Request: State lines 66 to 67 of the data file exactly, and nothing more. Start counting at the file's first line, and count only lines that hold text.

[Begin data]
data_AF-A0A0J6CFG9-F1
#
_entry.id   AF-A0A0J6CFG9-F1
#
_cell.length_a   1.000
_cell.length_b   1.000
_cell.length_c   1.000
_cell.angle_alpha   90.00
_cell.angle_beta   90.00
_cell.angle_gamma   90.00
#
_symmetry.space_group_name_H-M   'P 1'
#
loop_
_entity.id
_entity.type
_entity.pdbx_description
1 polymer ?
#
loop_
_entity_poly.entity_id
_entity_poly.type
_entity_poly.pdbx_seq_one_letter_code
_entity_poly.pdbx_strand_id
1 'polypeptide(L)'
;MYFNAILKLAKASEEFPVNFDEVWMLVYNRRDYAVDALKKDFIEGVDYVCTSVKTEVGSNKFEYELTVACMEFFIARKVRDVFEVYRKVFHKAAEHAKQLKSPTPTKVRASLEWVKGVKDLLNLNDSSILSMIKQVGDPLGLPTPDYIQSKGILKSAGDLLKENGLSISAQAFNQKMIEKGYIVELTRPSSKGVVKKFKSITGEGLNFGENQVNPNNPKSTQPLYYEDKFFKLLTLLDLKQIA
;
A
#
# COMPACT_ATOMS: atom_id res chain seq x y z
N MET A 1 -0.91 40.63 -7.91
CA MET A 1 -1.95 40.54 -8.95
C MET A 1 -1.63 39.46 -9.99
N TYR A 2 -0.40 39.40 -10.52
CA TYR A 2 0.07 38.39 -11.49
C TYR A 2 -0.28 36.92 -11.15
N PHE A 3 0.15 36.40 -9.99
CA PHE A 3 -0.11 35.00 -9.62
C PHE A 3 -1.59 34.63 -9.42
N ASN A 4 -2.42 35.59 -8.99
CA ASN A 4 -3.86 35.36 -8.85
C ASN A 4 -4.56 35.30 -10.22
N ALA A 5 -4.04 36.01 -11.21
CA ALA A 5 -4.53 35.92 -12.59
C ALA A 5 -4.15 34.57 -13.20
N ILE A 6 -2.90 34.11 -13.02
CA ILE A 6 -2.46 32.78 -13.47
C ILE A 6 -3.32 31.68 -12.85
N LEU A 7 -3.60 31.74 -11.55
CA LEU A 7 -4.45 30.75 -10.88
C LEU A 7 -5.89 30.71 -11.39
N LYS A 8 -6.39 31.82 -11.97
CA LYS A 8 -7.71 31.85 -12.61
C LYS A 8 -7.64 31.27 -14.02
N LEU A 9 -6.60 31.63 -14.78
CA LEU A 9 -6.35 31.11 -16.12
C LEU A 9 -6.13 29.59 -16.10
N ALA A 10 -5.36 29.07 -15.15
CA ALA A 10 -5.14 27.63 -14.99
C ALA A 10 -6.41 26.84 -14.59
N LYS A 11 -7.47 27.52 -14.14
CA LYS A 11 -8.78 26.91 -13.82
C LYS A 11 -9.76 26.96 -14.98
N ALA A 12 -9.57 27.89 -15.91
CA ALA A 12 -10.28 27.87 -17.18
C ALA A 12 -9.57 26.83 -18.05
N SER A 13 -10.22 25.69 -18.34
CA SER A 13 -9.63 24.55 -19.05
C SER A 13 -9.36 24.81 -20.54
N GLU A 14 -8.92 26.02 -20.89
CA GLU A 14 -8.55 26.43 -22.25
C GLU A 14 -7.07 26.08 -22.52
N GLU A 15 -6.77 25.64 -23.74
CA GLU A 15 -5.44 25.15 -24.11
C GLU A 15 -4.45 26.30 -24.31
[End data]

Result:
C ALA A 12 -9.57 26.83 -18.05
N SER A 13 -10.22 25.69 -18.34